Open Shortest Path First (OSPF) is a routing protocol for Internet Protocol (IP) networks. Open Shortest Path First (OSPF) is a link-state routing protocol that is used to find the best path between the source and the destination router using its own Shortest Path First. It is defined as OSPF Version 2 in RFC 2328 (1998) for IPv4. The updates for IPv6 are specified as OSPF Version 3 in RFC 5340 (2008).OSPF supports the Classless Inter-Domain Routing (CIDR) addressing model.
It is one of the Interior Gateway Protocol (IGP), i.e, the protocol which aims at moving the packet within a large autonomous system or routing domain. It is a network layer protocol which works on the protocol number 89 and uses AD value 110. OSPF uses multicast address 18.104.22.168 for normal communication and 22.214.171.124 for updates to the designated router (DR)/Backup Designated Router (BDR).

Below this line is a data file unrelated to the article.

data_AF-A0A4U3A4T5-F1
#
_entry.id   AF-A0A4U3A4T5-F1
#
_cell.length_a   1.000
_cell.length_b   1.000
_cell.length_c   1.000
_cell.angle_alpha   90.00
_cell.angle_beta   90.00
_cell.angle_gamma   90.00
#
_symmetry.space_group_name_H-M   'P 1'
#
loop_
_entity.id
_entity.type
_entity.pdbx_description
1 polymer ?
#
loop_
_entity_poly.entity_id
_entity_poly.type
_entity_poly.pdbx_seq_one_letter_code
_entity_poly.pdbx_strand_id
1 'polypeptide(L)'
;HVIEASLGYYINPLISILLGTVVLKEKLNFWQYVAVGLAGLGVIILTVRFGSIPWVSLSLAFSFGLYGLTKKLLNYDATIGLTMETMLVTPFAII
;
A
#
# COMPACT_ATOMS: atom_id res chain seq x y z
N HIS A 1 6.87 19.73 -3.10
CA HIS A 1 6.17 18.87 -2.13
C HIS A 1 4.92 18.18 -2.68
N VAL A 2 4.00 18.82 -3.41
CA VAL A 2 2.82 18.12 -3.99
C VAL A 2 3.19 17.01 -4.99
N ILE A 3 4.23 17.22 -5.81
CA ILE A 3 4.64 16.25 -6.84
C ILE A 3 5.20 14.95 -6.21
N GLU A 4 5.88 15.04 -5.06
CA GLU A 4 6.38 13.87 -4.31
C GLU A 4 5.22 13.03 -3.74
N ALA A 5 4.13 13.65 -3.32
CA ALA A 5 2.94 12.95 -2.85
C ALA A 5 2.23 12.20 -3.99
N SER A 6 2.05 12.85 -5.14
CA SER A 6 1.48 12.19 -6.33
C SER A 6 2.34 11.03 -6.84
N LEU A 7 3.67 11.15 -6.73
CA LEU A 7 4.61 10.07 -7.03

OSPF is a widely used IGP in large enterprise networks. IS-IS, another LSR-based protocol, is more common in large service provider networks.
- Router Id – It is the highest active IP address present on the router. First, the highest loopback address is considered. If no loopback is configured then the highest active IP address on the interface of the router is considered.
- Router priority – It is an 8-bit value assigned to a router operating OSPF, used to elect DR and BDR in a broadcast network.
- Designated Router (DR) – It is elected to minimize the number of adjacency formed. DR distributes the LSAs to all the other routers. DR is elected in a broadcast network to which all the other routers share their DBD. In a broadcast network, router requests for an update to DR and DR will respond to that request with an update.
- Backup Designated Router (BDR) – BDR is backup to DR in a broadcast network. When DR goes down, BDR becomes DR and performs its functions.